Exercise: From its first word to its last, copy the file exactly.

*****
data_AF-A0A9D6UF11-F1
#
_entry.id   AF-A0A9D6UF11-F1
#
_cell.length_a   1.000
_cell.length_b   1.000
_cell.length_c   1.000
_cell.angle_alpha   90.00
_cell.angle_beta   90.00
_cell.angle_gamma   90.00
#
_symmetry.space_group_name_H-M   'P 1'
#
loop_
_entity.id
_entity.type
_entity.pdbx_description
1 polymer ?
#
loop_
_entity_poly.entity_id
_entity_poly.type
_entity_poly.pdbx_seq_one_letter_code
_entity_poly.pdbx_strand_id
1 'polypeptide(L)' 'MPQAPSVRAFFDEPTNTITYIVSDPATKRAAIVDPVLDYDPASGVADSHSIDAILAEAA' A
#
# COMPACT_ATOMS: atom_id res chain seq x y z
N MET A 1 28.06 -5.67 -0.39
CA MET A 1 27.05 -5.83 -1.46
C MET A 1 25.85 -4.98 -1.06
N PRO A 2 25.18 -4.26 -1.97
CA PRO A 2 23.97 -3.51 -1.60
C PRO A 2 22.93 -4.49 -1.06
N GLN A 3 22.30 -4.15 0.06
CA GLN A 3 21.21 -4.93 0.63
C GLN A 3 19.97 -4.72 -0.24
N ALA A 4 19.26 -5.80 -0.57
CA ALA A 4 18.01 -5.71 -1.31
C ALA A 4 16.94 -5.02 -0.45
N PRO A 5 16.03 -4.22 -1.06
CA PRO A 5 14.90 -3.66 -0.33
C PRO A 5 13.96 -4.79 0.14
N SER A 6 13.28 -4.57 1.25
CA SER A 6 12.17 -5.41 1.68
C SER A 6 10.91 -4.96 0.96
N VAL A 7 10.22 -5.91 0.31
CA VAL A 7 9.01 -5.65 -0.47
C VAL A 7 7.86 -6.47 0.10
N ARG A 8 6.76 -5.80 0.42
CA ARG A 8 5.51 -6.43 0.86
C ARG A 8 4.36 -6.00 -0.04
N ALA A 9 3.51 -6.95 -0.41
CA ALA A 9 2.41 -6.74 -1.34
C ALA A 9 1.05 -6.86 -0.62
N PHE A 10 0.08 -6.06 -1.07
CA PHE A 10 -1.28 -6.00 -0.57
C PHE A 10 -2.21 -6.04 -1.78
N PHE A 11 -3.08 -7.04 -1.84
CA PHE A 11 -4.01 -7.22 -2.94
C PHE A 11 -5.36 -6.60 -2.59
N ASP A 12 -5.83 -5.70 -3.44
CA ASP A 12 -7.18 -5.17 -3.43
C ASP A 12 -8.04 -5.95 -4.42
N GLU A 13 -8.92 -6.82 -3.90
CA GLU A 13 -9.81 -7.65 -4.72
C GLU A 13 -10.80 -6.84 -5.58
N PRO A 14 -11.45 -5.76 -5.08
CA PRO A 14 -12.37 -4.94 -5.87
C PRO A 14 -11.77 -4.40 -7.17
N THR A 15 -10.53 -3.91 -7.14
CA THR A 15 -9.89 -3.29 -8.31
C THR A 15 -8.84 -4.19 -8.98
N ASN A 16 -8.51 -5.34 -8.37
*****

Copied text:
data_AF-A0A9D6UF11-F1
#
_entry.id   AF-A0A9D6UF11-F1
#
_cell.length_a   1.000
_cell.length_b   1.000
_cell.length_c   1.000
_cell.angle_alpha   90.00
_cell.angle_beta   90.00
_cell.angle_gamma   90.00
#
_symmetry.space_group_name_H-M   'P 1'
#
loop_
_entity.id
_entity.type
_entity.pdbx_description
1 polymer ?
#
loop_
_entity_poly.entity_id
_entity_poly.type
_entity_poly.pdbx_seq_one_letter_code
_entity_poly.pdbx_strand_id
1 'polypeptide(L)' 'MPQAPSVRAFFDEPTNTITYIVSDPATKRAAIVDPVLDYDPASGVADSHSIDAILAEAA' A
#
# COMPACT_ATOMS: atom_id res chain seq x y z
N MET A 1 28.06 -5.67 -0.39
CA MET A 1 27.05 -5.83 -1.46
C MET A 1 25.85 -4.98 -1.06
N PRO A 2 25.18 -4.26 -1.97
CA PRO A 2 23.97 -3.51 -1.60
C PRO A 2 22.93 -4.49 -1.06
N GLN A 3 22.30 -4.15 0.06
CA GLN A 3 21.21 -4.93 0.63
C GLN A 3 19.97 -4.72 -0.24
N ALA A 4 19.26 -5.80 -0.57
CA ALA A 4 18.01 -5.71 -1.31
C ALA A 4 16.94 -5.02 -0.45
N PRO A 5 16.03 -4.22 -1.06
CA PRO A 5 14.90 -3.66 -0.33
C PRO A 5 13.96 -4.79 0.14
N SER A 6 13.28 -4.57 1.25
CA SER A 6 12.17 -5.41 1.68
C SER A 6 10.91 -4.96 0.96
N VAL A 7 10.22 -5.91 0.31
CA VAL A 7 9.01 -5.65 -0.47
C VAL A 7 7.86 -6.47 0.10
N ARG A 8 6.76 -5.80 0.42
CA ARG A 8 5.51 -6.43 0.86
C ARG A 8 4.36 -6.00 -0.04
N ALA A 9 3.51 -6.95 -0.41
CA ALA A 9 2.41 -6.74 -1.34
C ALA A 9 1.05 -6.86 -0.62
N PHE A 10 0.08 -6.06 -1.07
CA PHE A 10 -1.28 -6.00 -0.57
C PHE A 10 -2.21 -6.04 -1.78
N PHE A 11 -3.08 -7.04 -1.84
CA PHE A 11 -4.01 -7.22 -2.94
C PHE A 11 -5.36 -6.60 -2.59
N ASP A 12 -5.83 -5.70 -3.44
CA ASP A 12 -7.18 -5.17 -3.43
C ASP A 12 -8.04 -5.95 -4.42
N GLU A 13 -8.92 -6.82 -3.90
CA GLU A 13 -9.81 -7.65 -4.72
C GLU A 13 -10.80 -6.84 -5.58
N PRO A 14 -11.45 -5.76 -5.08
CA PRO A 14 -12.37 -4.94 -5.87
C PRO A 14 -11.77 -4.40 -7.17
N THR A 15 -10.53 -3.91 -7.14
CA THR A 15 -9.89 -3.29 -8.31
C THR A 15 -8.84 -4.19 -8.98
N ASN A 16 -8.51 -5.34 -8.37